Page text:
Pascal’s Triangle is a triangular array of numbers where each number on the “interior” of the triangle is the sum of the two numbers directly above it. It was named after French mathematician Blaise Pascal.

There are many interesting things about the Pascal’s triangle. In this post, we explore seven of these properties.

**1. The numbers on each row are binomial coefficients.**

The number on each row of the Pascal’s triangle are numbers of the expansion . For example, the numbers on the fourth row are . These are the numbers in the expansion of

.

**2. The numbers on the second diagonal form counting numbers.**

**3. The numbers on the third diagonal are triangular numbers.**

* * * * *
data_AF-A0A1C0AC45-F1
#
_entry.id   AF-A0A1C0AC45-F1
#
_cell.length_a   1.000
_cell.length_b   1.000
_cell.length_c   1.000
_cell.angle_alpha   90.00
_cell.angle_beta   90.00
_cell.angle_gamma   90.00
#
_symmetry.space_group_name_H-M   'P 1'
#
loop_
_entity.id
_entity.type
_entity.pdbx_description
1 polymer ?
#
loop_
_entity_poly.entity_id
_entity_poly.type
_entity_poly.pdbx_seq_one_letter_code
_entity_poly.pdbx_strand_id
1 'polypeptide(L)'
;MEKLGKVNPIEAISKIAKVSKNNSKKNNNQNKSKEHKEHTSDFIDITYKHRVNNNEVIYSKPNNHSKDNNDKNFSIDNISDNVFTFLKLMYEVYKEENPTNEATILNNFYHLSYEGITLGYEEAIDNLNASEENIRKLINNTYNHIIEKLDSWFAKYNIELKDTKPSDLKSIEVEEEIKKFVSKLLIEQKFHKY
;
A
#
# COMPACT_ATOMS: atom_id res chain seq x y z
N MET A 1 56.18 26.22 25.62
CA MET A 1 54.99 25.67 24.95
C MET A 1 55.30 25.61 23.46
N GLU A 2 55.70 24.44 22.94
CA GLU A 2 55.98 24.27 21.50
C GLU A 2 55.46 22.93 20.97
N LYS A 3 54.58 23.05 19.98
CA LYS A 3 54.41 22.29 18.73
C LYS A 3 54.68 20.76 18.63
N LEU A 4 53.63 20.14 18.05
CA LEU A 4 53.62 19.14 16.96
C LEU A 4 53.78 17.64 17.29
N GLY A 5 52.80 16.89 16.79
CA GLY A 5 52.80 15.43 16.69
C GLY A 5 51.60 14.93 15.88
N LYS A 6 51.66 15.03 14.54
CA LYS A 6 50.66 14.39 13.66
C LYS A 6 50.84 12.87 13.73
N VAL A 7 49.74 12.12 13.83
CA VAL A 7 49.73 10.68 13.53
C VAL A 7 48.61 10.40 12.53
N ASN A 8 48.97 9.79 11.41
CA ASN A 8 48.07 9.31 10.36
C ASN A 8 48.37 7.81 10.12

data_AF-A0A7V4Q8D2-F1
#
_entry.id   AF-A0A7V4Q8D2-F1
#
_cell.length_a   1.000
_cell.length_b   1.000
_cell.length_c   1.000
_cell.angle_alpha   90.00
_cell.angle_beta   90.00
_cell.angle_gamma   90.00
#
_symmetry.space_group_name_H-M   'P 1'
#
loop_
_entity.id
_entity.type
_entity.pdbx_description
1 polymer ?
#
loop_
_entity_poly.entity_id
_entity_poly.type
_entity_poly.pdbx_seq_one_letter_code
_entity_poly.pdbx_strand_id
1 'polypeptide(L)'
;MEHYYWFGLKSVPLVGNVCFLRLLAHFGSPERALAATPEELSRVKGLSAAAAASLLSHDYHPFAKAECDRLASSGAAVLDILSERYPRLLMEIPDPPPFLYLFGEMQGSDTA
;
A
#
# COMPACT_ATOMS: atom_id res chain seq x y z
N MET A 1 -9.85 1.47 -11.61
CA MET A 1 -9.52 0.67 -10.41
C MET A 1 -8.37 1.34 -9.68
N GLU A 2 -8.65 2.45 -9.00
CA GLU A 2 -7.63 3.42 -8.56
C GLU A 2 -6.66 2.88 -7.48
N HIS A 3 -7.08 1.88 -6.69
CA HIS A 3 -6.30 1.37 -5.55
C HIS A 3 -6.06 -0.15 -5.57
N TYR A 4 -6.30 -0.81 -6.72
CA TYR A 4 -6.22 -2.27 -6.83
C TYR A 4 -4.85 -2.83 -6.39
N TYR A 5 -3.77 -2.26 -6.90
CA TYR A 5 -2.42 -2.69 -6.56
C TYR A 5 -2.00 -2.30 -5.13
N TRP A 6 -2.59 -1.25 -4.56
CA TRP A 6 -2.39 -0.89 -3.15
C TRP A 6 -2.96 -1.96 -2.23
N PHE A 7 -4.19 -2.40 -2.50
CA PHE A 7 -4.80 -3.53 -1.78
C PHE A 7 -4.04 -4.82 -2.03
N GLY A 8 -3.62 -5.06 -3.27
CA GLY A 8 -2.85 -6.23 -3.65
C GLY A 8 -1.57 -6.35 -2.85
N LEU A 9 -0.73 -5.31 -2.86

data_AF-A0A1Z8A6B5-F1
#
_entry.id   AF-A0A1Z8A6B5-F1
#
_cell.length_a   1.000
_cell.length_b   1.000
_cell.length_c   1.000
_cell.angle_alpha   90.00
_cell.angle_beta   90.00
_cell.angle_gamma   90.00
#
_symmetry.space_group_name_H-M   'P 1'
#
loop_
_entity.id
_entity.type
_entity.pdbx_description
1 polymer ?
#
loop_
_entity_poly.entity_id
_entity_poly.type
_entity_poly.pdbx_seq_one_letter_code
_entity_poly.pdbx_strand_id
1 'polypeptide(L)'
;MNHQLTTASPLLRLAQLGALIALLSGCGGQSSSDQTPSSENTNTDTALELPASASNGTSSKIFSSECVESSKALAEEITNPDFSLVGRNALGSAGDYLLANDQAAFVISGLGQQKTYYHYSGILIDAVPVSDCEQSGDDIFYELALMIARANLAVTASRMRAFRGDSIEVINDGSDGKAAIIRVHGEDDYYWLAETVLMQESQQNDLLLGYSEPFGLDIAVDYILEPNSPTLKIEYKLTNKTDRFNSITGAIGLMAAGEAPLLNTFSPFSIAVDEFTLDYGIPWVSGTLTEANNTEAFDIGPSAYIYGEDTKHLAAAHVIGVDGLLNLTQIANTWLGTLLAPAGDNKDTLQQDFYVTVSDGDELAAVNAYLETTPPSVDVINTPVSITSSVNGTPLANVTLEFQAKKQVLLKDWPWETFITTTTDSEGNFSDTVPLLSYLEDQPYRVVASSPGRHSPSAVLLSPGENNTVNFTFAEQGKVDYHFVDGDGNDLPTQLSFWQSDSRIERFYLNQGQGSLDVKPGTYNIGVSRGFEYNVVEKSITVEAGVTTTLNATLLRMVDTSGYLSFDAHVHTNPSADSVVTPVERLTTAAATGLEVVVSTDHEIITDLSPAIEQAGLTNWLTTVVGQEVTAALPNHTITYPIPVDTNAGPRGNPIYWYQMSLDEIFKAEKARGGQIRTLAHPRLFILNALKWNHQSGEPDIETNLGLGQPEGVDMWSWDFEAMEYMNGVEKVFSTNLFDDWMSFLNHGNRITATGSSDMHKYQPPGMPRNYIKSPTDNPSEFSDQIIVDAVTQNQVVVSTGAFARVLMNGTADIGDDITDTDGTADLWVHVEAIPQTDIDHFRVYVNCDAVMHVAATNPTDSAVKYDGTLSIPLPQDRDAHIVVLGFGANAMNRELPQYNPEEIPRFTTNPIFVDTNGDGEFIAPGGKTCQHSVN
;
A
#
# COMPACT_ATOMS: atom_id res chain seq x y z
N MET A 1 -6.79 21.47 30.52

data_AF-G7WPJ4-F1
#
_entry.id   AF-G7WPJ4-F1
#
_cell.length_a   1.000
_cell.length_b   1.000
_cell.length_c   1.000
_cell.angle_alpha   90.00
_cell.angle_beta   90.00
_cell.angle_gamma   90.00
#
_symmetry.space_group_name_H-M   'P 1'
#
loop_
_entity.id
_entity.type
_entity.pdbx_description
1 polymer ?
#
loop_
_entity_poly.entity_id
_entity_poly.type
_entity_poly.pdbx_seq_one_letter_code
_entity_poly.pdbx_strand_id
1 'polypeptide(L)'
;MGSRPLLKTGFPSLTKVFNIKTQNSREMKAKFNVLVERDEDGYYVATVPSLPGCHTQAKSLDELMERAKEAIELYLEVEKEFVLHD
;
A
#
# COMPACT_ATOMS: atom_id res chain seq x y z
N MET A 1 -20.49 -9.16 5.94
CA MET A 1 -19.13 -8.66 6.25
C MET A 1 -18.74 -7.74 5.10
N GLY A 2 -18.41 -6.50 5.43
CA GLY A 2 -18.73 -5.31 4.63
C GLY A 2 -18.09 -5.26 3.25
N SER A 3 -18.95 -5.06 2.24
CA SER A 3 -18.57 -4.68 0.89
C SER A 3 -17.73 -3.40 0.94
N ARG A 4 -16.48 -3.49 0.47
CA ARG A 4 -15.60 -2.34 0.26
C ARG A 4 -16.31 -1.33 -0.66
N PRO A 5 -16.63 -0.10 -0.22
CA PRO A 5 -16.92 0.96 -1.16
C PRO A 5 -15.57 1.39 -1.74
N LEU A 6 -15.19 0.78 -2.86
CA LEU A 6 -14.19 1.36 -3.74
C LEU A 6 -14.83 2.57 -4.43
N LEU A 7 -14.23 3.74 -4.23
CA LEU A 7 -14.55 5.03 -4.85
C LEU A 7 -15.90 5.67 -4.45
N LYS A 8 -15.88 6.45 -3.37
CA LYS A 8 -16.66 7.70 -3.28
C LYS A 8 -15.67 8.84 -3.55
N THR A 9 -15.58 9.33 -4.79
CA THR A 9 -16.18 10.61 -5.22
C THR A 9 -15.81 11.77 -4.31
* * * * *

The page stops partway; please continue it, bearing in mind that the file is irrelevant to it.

**4. The numbers on the fourth diagonal are** **tetrahedral numbers**.

**5. The numbers on the fifth diagonal are** **pentatope numbers**.

**6. The sum of the numbers on each row are powers of 2.**

The sum of the first four rows are 1, 2, 4, 8, and 16. These numbers are and

**7. A series of diagonals form the Fibonacci Sequence.**

Aside from these interesting properties, Pascal’s triangle has many interesting applications. You may want to check out my posts on Milkshakes, Beads, and Pascal’s Triangle and the Binomial Expansion to know more about Pascal’s Triangle.

***

Image Credit: Wikipedia (GNU License)

https://drive.google.com/file/d/0B_BNftEb2s2kT3ZPdGhrMUJHZVU/edit?usp=sharing

You missed the most fun fact of all.

Colour the odd numbers different from the even numbers and pascal’s triangle becomes amazingly like Sierpinski’s triangle – a fractal

Thank you, this is very interesting.

In your first fact about Pascal’s triangle, you have a typo:

“The number on each row of the Pascal’s triangle are numbers of the the expansion (a + b)^n. For example, the numbers on the fourth row are 1, 4, 4, 1. ”

The sequence should be 1, 4, 6, 4, 1.